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Sensation Seeking, Overconfidence, and Trading Activity

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  • MARK GRINBLATT
  • MATTI KELOHARJU

Abstract

This study analyzes the role that two psychological attributes-sensation seeking and overconfidence-play in the tendency of investors to trade stocks. Equity trading data from Finland are combined with data from investor tax filings, driving records, and mandatory psychological profiles. We use these data, obtained from a large population, to construct measures of overconfidence and sensation seeking tendencies. Controlling for a host of variables, including wealth, income, age, number of stocks owned, marital status, and occupation, we find that overconfident investors and those investors most prone to sensation seeking trade more frequently. Copyright (c) 2009 the American Finance Association.

Suggested Citation

  • Mark Grinblatt & Matti Keloharju, 2009. "Sensation Seeking, Overconfidence, and Trading Activity," Journal of Finance, American Finance Association, vol. 64(2), pages 549-578, April.
  • Handle: RePEc:bla:jfinan:v:64:y:2009:i:2:p:549-578
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    References listed on IDEAS

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    1. Gervais, Simon & Odean, Terrance, 2001. "Learning to be Overconfident," Review of Financial Studies, Society for Financial Studies, vol. 14(1), pages 1-27.
    2. Laurence Weiss, 1979. "Information Aggregation and Policy," Cowles Foundation Discussion Papers 528, Cowles Foundation for Research in Economics, Yale University.
    3. Grossman, Sanford J & Stiglitz, Joseph E, 1980. "On the Impossibility of Informationally Efficient Markets," American Economic Review, American Economic Association, vol. 70(3), pages 393-408, June.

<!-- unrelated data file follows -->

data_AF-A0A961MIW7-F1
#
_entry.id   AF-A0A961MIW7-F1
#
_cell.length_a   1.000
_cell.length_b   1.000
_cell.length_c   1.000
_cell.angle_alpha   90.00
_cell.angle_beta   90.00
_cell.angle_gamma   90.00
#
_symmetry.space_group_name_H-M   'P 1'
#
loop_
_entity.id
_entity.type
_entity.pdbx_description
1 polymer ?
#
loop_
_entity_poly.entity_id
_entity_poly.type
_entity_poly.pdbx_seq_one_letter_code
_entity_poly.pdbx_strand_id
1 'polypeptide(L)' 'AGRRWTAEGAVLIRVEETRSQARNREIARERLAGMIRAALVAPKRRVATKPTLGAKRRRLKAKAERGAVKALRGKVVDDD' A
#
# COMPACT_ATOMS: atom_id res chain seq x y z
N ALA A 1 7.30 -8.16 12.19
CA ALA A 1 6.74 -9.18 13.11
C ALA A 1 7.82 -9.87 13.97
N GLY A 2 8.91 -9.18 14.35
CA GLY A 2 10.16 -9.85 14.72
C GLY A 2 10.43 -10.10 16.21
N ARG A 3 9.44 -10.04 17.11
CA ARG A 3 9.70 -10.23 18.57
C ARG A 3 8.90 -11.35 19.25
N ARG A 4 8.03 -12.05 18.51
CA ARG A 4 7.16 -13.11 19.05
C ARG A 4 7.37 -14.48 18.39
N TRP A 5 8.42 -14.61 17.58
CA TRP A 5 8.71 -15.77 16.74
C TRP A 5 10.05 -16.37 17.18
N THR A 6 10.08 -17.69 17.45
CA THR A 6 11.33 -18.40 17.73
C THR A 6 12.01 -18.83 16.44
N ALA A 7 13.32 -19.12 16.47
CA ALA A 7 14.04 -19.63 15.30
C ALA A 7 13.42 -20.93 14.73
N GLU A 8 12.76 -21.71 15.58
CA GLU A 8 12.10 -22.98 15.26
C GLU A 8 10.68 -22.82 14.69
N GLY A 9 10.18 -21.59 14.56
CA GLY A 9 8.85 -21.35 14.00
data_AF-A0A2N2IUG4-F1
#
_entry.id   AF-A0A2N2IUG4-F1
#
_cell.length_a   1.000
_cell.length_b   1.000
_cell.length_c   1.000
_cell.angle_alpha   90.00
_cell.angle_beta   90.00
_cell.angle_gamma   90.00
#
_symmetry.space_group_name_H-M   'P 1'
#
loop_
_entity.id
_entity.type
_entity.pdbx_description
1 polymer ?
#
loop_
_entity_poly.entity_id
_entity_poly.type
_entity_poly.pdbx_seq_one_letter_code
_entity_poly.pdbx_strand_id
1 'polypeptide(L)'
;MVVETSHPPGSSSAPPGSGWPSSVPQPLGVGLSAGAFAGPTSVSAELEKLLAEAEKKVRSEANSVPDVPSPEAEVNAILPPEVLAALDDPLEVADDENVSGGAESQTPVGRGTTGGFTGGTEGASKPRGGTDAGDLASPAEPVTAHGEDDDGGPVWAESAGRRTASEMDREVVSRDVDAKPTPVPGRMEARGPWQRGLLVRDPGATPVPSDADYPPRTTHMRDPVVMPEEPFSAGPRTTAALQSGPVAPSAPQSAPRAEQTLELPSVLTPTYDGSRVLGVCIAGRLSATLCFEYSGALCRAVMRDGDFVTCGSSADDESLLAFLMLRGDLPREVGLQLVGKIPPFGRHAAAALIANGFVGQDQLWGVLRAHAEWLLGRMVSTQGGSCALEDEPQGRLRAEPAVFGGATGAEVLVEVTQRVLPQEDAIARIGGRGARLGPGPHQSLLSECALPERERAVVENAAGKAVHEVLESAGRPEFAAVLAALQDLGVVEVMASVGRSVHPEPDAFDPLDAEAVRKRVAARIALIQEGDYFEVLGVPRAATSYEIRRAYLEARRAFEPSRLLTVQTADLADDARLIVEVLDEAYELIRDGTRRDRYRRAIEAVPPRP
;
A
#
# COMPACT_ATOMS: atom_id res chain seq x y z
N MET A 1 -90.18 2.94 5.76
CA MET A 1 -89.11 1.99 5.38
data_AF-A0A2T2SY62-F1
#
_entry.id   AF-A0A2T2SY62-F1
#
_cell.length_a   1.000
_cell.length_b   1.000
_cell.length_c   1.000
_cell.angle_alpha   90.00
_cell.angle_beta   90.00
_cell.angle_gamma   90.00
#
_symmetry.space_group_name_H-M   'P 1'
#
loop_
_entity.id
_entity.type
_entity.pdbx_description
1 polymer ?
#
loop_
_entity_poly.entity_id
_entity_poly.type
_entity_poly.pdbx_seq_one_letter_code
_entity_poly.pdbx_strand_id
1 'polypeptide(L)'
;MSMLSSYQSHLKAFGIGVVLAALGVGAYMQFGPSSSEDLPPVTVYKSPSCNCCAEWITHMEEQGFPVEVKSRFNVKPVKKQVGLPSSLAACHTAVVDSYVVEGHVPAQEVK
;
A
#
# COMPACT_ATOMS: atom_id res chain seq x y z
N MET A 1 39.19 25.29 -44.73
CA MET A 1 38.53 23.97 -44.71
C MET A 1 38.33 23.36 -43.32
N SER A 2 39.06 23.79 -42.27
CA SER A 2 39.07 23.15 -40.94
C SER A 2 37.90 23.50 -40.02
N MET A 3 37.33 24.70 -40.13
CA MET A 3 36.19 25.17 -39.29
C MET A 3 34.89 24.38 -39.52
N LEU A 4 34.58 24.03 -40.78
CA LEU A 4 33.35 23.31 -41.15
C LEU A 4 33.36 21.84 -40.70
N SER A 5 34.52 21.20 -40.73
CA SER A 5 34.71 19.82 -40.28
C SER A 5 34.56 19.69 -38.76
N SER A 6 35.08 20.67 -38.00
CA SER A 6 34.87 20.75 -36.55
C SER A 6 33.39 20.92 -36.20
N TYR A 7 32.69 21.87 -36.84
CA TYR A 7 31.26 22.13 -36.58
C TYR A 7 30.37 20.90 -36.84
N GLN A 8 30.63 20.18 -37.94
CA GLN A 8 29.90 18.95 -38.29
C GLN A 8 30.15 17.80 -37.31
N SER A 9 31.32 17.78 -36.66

4. Milgrom, Paul & Stokey, Nancy, 1982. "Information, trade and common knowledge," Journal of Economic Theory, Elsevier, vol. 26(1), pages 17-27, February.
    5. Richard Deaves & Erik Lüders & Guo Ying Luo, 2009. "An Experimental Test of the Impact of Overconfidence and Gender on Trading Activity," Review of Finance, European Finance Association, vol. 13(3), pages 555-575.
    6. Mark Grinblatt, 2001. "What Makes Investors Trade?," Journal of Finance, American Finance Association, vol. 56(2), pages 589-616, April.
    7. Brad M. Barber & Terrance Odean, 2000. "Trading Is Hazardous to Your Wealth: The Common Stock Investment Performance of Individual Investors," Journal of Finance, American Finance Association, vol. 55(2), pages 773-806, April.
    8. Julie Agnew & Pierluigi Balduzzi & Annika Sundén, 2003. "Portfolio Choice and Trading in a Large 401(k) Plan," American Economic Review, American Economic Association, vol. 93(1), pages 193-215, March.
    9. John R. Graham & Campbell R. Harvey & Hai Huang, 2009. "Investor Competence, Trading Frequency, and Home Bias," Management Science, INFORMS, vol. 55(7), pages 1094-1106, July.
    10. Grinblatt, Mark & Han, Bing, 2005. "Prospect theory, mental accounting, and momentum," Journal of Financial Economics, Elsevier, vol. 78(2), pages 311-339, November.
    11. Grinblatt, Mark & Keloharju, Matti, 2000. "The investment behavior and performance of various investor types: a study of Finland's unique data set," Journal of Financial Economics, Elsevier, vol. 55(1), pages 43-67, January.
    12. Brad M. Barber & Terrance Odean, 2002. "Online Investors: Do the Slow Die First?," Review of Financial Studies, Society for Financial Studies, vol. 15(2), pages 455-488, March.
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    More about this item

    JEL classification:

    • G10 - Financial Economics - - General Financial Markets - - - General (includes Measurement and Data)
    • G11 - Financial Economics - - General Financial Markets - - - Portfolio Choice; Investment Decisions

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